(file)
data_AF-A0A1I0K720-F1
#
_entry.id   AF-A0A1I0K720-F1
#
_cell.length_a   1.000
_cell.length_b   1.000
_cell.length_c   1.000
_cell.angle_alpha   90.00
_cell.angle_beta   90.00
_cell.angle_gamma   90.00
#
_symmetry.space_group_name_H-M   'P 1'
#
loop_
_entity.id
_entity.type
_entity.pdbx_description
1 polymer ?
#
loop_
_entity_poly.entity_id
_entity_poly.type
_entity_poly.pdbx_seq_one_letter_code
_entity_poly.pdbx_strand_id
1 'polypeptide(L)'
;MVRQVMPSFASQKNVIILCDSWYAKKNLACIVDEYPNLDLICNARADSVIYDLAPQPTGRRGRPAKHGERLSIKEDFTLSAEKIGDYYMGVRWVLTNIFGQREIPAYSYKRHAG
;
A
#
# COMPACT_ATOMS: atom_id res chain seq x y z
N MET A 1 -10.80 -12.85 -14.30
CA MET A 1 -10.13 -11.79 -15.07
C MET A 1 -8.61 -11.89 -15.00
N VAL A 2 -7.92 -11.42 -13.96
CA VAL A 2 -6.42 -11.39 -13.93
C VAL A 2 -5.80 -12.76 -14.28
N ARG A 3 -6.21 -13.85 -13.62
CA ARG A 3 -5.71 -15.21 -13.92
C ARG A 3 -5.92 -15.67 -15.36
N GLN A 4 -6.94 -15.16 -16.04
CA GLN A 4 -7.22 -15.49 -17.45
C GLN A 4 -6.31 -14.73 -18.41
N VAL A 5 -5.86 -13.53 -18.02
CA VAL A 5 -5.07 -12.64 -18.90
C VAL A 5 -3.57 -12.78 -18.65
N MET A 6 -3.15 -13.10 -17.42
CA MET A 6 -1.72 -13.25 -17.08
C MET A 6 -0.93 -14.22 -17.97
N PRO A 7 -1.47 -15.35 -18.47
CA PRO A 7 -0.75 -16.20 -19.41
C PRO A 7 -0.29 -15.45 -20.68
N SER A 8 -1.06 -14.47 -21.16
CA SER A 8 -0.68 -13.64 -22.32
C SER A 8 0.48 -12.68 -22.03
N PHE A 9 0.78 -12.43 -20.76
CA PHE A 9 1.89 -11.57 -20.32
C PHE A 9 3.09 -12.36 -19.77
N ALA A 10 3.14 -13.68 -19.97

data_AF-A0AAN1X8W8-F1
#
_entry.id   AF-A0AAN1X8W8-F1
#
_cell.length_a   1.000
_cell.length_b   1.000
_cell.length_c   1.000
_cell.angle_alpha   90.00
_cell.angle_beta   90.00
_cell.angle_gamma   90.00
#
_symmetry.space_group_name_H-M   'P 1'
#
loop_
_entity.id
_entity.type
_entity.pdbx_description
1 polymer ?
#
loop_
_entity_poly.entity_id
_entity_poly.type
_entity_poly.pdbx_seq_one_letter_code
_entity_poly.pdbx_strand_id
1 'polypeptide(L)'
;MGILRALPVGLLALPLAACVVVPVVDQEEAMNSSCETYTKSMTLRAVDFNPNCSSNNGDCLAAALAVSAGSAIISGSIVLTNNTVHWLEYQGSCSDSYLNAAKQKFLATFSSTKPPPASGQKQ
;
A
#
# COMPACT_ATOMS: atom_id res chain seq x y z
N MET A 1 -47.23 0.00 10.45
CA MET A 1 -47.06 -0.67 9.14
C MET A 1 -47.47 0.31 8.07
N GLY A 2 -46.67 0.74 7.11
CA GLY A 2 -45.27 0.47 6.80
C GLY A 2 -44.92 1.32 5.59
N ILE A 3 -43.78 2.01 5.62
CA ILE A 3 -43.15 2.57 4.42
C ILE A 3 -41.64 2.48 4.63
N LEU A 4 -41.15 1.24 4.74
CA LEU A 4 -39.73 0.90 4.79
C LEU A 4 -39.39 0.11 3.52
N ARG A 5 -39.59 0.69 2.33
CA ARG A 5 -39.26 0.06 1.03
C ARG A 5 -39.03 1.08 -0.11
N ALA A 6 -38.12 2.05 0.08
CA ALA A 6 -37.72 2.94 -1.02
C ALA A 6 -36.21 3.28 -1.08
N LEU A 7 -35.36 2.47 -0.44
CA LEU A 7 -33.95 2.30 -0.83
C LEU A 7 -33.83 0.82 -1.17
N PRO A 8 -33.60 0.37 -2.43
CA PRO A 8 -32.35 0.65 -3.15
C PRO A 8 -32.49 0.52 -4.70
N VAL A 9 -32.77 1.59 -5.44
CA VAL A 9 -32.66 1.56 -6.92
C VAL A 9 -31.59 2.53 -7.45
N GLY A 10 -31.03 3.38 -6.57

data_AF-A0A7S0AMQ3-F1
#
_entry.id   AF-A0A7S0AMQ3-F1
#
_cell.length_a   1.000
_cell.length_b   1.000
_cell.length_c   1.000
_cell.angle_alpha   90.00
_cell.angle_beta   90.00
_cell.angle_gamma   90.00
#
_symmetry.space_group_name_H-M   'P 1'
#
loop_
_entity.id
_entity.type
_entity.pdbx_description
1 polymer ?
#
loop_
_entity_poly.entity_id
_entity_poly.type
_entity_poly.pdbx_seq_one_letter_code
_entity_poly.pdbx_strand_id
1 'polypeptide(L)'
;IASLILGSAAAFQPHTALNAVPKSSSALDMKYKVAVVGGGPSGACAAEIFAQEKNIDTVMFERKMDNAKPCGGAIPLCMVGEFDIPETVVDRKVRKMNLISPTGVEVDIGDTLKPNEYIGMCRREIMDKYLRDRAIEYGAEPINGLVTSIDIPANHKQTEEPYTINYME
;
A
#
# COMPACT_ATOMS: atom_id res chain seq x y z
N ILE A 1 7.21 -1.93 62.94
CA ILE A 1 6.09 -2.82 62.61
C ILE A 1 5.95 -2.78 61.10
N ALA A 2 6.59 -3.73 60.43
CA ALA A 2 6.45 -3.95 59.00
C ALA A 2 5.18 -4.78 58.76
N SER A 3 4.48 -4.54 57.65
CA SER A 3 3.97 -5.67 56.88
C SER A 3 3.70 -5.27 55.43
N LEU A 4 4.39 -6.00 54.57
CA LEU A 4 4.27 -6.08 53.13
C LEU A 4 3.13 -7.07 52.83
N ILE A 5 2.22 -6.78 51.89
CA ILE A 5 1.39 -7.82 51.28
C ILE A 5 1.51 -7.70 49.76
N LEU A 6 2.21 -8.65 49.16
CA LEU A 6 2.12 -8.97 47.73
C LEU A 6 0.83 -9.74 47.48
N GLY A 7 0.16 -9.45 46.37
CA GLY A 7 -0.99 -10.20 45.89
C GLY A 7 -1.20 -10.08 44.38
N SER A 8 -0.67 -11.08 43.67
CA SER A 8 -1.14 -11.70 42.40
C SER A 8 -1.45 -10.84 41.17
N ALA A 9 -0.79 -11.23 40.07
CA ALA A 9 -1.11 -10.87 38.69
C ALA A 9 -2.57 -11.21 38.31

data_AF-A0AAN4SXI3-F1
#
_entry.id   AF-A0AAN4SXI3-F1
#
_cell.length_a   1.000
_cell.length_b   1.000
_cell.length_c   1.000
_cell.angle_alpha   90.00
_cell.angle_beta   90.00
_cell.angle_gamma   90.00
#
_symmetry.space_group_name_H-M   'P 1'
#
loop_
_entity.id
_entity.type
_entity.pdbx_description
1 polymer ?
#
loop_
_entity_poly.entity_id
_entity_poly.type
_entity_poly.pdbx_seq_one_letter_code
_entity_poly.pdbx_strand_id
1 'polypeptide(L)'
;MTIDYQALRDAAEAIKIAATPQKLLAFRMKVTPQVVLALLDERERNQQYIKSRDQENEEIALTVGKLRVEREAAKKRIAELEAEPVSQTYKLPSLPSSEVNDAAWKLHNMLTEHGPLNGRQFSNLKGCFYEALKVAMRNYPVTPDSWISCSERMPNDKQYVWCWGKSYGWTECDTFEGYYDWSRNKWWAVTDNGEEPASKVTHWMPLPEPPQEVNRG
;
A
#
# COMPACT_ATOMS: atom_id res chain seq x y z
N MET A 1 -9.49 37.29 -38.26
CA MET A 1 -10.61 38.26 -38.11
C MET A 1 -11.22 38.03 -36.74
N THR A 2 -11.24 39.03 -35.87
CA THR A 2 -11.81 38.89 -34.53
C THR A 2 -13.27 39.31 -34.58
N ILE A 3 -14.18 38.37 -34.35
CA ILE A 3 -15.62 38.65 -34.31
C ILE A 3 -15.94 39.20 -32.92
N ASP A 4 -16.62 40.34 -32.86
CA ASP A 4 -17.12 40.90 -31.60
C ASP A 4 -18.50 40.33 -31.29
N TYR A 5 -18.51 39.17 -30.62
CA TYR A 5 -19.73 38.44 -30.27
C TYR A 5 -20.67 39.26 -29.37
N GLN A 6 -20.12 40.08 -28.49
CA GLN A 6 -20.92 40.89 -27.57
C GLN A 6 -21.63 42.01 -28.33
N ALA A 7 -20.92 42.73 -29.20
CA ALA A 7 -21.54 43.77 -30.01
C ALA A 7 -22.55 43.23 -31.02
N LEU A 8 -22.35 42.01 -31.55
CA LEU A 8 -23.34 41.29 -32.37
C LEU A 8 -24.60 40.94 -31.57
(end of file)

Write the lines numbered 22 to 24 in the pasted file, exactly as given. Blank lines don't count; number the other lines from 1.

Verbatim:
_entity_poly.type
_entity_poly.pdbx_seq_one_letter_code
_entity_poly.pdbx_strand_id